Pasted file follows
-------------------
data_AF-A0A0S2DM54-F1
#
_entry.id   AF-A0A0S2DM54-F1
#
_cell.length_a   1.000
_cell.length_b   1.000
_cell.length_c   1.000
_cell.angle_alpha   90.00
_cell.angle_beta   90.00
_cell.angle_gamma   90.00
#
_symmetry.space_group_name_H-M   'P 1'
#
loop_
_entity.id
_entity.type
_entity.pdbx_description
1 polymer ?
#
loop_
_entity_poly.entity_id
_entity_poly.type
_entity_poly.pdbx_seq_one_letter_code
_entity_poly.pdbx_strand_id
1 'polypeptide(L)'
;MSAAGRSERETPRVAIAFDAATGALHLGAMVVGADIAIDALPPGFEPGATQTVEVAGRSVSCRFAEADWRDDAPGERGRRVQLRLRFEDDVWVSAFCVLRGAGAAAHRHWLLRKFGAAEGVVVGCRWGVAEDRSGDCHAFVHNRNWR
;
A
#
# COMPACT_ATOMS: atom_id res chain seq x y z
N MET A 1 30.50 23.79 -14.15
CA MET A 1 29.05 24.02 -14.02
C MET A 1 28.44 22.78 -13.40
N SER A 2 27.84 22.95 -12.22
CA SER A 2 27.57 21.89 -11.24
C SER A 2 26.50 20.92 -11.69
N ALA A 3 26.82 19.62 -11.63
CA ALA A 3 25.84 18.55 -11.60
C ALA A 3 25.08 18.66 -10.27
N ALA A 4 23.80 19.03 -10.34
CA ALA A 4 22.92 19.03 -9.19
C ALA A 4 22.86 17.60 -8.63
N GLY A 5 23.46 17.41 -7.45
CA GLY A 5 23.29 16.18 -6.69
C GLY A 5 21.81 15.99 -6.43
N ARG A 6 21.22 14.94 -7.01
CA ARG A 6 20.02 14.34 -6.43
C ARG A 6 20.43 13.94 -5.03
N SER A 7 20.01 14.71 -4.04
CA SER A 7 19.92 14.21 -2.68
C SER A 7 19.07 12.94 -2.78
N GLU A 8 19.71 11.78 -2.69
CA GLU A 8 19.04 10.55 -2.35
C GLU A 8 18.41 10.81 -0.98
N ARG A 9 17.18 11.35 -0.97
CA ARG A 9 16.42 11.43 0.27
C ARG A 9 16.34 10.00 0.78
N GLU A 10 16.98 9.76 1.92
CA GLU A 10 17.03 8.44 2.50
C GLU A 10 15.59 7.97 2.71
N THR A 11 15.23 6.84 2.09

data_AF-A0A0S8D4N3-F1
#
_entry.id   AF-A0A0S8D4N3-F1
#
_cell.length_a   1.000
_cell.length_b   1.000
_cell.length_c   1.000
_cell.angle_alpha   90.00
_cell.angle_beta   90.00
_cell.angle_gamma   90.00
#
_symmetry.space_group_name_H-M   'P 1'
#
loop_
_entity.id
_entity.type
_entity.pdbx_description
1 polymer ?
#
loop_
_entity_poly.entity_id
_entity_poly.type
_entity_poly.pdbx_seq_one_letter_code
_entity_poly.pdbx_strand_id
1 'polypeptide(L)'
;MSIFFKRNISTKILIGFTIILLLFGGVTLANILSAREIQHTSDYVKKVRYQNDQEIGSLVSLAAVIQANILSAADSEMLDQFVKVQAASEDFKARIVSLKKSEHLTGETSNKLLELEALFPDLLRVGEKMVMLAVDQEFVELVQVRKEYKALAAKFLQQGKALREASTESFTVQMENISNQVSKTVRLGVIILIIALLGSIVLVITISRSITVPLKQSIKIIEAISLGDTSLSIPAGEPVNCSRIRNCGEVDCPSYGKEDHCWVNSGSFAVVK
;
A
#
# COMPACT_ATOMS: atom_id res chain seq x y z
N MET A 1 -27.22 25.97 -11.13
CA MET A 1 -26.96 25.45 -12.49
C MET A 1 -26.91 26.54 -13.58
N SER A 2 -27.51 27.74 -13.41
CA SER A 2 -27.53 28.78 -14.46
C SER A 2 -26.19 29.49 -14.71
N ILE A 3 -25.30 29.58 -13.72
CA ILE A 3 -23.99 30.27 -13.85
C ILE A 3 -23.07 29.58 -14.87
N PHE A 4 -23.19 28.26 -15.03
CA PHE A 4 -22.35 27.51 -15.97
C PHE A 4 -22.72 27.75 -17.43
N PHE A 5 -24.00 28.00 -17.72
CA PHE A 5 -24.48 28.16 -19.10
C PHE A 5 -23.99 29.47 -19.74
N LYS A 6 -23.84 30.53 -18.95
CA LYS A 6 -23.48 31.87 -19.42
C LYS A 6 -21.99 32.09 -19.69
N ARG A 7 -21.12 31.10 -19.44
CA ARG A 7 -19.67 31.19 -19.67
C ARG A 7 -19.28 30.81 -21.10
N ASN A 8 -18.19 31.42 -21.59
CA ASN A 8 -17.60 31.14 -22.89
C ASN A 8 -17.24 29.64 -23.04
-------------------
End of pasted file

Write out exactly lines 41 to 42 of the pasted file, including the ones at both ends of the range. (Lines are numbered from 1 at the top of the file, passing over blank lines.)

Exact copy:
CA ALA A 4 22.92 19.03 -9.19
C ALA A 4 22.86 17.60 -8.63